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Growing Concern Over FHA Cash Reserves

by Karen Lawson
September 18th, 2009

The Wall Street Journal reports that the FHA’s reserves could fall below the amount mandated by Congress, and cites mortgage related losses as the cause of this problem. The looming potential of another taxpayer bailout is alarming, but FHA provides essential services for  first time buyers and low and middle income Americans unable to qualify for conventional mortgage loans or refinancing

In recent months FHA, which is an agency of the US Department of Housing and Urban Development, has upped its market share of single family mortgage loans due to the demise of sub-prime lenders and ”exotic mortgage loans that contributed to last year’s mortgage crisis. FHA’s market share was approximately 23 percent as of the second quarter of this year, compared to a paltry 2.7 percent in 2006; this demonstrates how FHA is filling the niche vacated by sub-prime and “easy credit” lenders.

FHA Dilemma: How to Boost Reserves?

FHA administrators state that they’re only required to report any shortfall, and don’t have to take further action. Edward Pinto, a former chief credit officer at Fannie Mae, may speak from experience: “…I’ve never seen an entity successfully outrun a situation like this.” Mr. Pinto also notes FHA’s added risk due its “making loans in a riskier environment.”  Riskier indeed. FHA reports mortgage defaults of 90 days or more at 7.8 percent during the second quarter of 2009;  year ago, the default rate for loans 90 or more days delinquent was 5.4 percent.

Meeting America’s Housing Needs Without Another Bailout

The financial industry has promoted homeownership as the “American Dream,” and many of us have a sense of entitlement when it comes to owning a home; we see it as a true mark of success. FHA mortgage loans provide fixed rate financing  with low down payments at reasonable rates; their main drawback is the mortgage insurance premiums that must be paid up front and annually. Borrowers typically add the up-front mortgage insurance premium (UFMIP) to their loan amounts, and then pay an annual premium of approxomately one half percent of their mortgage balance annually until their loan to value ratio reaches 78 percent or less. Increasing mortgage insurance premiums would likely discourage buyers from FHA mortgages and decrease its market share.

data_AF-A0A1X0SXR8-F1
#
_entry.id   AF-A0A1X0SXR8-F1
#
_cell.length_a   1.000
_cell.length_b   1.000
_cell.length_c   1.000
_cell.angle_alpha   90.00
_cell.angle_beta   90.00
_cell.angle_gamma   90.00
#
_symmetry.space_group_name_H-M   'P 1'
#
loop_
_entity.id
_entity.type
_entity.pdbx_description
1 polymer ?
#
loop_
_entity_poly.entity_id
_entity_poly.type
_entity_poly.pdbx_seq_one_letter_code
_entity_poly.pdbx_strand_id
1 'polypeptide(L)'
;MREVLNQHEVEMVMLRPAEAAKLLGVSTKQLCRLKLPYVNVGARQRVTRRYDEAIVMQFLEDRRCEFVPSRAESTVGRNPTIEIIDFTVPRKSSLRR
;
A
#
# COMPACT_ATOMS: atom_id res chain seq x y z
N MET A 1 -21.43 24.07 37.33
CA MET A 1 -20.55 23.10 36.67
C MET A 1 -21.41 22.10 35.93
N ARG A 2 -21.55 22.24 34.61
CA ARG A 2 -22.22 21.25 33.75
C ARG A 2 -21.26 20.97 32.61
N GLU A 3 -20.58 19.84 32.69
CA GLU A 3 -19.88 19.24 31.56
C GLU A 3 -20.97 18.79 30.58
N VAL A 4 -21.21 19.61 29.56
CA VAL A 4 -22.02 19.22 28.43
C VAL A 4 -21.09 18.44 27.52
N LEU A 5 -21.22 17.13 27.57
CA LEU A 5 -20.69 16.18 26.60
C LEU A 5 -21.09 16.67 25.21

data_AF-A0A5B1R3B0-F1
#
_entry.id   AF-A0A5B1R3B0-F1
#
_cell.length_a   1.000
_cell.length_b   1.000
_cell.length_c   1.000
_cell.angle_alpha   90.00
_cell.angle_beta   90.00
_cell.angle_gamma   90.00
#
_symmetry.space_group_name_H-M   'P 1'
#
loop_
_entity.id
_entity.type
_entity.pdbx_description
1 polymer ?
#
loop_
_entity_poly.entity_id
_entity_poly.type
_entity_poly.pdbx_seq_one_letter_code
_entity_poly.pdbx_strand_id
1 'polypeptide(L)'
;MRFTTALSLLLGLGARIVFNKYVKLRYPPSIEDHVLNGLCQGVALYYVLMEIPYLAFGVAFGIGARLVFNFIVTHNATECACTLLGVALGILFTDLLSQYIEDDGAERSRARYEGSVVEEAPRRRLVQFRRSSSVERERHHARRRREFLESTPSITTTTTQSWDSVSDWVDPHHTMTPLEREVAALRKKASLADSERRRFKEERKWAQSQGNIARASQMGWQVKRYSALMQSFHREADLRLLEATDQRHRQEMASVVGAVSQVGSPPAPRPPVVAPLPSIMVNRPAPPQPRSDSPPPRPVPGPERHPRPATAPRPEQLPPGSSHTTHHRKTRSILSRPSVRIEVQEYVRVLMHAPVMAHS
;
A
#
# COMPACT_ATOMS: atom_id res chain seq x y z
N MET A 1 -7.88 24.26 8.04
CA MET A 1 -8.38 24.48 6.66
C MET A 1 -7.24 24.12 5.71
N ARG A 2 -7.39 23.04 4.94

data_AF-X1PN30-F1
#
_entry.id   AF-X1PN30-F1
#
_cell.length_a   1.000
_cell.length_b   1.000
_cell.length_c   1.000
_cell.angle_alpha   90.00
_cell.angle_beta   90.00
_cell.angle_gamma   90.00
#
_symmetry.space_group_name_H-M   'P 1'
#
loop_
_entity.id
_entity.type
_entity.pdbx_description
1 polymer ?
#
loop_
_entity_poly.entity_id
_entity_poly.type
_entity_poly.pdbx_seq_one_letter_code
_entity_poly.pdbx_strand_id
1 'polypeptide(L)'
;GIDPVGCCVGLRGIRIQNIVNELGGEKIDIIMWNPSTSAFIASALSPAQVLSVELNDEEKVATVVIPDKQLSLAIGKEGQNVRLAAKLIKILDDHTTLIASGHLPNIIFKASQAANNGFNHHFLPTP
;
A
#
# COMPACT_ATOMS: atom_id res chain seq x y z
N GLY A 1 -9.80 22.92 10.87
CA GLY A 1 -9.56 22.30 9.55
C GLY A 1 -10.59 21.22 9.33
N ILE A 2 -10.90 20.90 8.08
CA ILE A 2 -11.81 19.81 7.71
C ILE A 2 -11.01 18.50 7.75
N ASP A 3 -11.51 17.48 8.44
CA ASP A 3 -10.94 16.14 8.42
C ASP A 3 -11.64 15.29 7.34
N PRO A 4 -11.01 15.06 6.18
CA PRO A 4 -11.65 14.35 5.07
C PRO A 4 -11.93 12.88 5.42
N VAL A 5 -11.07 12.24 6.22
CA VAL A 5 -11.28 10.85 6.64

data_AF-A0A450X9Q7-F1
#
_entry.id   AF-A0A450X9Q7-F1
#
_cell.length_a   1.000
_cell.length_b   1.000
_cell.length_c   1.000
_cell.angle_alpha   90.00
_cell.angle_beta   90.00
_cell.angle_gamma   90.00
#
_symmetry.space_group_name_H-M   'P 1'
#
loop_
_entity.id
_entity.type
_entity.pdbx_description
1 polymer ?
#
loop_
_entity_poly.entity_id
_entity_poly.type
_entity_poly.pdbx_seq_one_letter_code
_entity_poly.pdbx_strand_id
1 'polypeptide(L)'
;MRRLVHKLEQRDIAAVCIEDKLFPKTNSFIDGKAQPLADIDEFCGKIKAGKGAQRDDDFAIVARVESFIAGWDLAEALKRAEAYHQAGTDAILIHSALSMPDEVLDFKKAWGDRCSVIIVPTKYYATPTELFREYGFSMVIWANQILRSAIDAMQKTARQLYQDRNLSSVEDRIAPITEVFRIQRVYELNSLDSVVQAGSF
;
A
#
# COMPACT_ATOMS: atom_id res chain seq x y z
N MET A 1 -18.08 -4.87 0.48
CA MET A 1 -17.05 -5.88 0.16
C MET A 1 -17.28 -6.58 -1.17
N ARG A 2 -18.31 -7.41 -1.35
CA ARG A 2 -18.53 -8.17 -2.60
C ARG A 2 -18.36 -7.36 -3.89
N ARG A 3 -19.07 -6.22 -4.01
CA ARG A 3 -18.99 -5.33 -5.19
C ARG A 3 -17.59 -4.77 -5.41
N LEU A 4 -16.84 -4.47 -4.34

Although FHA administrators appear confident that they can avoid a shortfall of reserves, it also seems likely that they may have to make some changes to reduce risk. Higher down payments? Tighter credit standards? Requiring  larger down payments could help reduce the FHA’s exposure due to declining home values; and tightening credit requirements and mandating homebuyer education programs could help reduce mortgage defaults.

Taxpayers aren’t likely to support another bailout, and FHA provides an essential role in expanding accessibility to homeownership, and in the recovery of US housing markets. So what’s next?

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